• Experience. Believe me, you do not want to be the client of the lawyer I saw last week, who did not know the location of the bathroom at the hearing office. Seriously, if your representative has not spent enough time at the hearing office to know where the bathroom is, imagine what else is unknown. Your lawyer should have conducted dozens, hopefully hundreds, of disability hearings.
  • A local or regional presence. Your lawyer should know, have experience with, and have a relationship with the administrative law judges that may decide your claim. Also, familiarity with the professional staff at the Social Security offices is very helpful.
  • Attorney involvement early in the process. Your lawyer should not wait until a hearing is scheduled to get involved in the claim. You may miss opportunities to develop the claim, to obtain opinions from treating providers, and to frame the issues in the disability claim. Early involvement by the lawyer is advantageous. Furthermore, for claimants with physical limitations who are age 55 or over, a lawyer should be involved when the claim is first filed.
  • Responsiveness. Are you getting the answers you need? You should not be kept in the dark about your case. Regular communication with your lawyer and law firm staff are helpful to your claim. 

Keep these qualities in mind as you choose a Social Security disability lawyer. There is a permanent page on this site, with a link on the sidebar, that provides with more details about choosing a disability lawyer.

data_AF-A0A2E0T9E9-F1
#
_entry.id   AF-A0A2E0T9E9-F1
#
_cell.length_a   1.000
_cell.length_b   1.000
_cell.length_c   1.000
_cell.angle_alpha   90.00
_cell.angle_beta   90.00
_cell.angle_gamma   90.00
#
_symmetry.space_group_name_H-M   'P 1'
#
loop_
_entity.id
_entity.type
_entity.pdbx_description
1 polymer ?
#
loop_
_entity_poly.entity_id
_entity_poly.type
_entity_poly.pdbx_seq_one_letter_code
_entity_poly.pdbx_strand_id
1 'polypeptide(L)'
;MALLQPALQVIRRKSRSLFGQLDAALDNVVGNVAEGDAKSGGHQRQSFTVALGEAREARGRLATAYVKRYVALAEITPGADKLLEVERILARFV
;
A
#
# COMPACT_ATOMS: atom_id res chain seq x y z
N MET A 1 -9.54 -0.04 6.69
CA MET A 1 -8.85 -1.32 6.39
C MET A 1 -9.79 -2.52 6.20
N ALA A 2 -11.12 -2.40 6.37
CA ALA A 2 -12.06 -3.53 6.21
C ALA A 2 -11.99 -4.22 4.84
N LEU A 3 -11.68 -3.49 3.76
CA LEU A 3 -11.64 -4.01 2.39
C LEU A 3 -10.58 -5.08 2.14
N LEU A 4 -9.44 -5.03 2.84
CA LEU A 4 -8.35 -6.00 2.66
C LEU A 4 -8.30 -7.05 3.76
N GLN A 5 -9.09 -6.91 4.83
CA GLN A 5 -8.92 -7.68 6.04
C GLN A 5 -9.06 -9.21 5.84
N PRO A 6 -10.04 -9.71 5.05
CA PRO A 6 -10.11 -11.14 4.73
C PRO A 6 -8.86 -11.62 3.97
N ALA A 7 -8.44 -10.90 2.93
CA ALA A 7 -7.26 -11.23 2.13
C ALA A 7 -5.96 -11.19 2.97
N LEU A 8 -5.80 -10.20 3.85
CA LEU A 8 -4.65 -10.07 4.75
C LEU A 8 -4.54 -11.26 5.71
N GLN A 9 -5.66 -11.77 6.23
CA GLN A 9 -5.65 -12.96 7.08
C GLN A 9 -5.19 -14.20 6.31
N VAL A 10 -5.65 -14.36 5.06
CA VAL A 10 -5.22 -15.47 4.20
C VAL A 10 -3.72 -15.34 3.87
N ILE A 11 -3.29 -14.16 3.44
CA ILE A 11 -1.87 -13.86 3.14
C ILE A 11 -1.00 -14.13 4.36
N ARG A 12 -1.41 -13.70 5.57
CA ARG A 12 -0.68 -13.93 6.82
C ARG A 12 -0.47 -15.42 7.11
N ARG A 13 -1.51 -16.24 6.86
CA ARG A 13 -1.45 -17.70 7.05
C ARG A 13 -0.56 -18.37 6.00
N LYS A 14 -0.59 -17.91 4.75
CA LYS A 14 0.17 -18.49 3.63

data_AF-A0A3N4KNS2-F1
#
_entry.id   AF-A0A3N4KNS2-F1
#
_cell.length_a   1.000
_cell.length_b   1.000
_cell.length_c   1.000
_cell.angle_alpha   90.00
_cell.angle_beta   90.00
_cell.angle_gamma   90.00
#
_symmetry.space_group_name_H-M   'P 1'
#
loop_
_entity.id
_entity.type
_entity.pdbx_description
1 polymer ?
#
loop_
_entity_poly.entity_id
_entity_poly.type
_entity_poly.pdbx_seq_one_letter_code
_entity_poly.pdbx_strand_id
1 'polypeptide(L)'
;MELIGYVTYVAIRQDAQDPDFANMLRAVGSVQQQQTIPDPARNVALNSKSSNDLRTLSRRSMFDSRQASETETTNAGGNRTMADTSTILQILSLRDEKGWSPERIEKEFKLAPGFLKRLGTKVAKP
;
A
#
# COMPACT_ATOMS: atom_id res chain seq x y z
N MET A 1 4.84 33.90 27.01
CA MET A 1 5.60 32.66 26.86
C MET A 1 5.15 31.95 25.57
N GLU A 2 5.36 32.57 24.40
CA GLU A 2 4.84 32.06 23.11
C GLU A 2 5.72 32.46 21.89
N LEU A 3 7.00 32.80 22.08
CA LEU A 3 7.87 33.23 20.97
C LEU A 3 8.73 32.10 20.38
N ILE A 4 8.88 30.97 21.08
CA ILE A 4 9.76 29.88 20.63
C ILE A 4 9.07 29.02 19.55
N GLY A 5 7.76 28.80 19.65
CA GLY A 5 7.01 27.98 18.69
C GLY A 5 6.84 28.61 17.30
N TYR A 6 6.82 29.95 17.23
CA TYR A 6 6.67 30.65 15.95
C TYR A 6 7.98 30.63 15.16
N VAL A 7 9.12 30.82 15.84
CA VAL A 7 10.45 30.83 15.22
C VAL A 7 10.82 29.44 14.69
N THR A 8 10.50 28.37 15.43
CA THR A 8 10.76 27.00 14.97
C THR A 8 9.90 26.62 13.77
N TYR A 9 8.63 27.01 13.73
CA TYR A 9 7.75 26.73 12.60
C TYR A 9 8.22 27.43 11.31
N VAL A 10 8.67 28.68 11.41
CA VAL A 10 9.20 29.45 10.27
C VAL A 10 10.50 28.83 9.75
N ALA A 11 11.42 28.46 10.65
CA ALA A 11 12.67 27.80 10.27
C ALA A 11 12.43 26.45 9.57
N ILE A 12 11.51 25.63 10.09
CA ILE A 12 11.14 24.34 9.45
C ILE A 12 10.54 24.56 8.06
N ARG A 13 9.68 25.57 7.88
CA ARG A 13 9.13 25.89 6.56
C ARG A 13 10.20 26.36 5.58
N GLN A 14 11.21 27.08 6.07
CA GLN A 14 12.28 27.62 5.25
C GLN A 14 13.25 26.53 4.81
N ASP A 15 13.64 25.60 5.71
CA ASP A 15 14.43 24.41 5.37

Judging by the incoming phone calls, emails and requests for a case review, the New Hampshire DDS, which makes the decisions on initial applications for Social Security disability benefits and SSI, just denied a bunch of claims. For some reason, they seem to send out denial letters in batches.

If you received a denial notice from Social Security, be sure to appeal your denial right away. Although you have 60 days to appeal, there is no reason to wait. 

The NOSSCR website has a new feature that is very useful. The site has a set of Google "search boxes," each focused only on the SSA website, or the Social Security Act, or the Regulations, or the Rulings, or the HALLEX, or the POMS, or Google Scholar. Take a look.

This is a very handy tool, particularly for the searching the HALLEX or POMS, both of which have terrible indexes that make finding a particular provision difficult. With search, it is easy. Go ahead and type "good cause" in the POMS search box. You will find exactly what you need.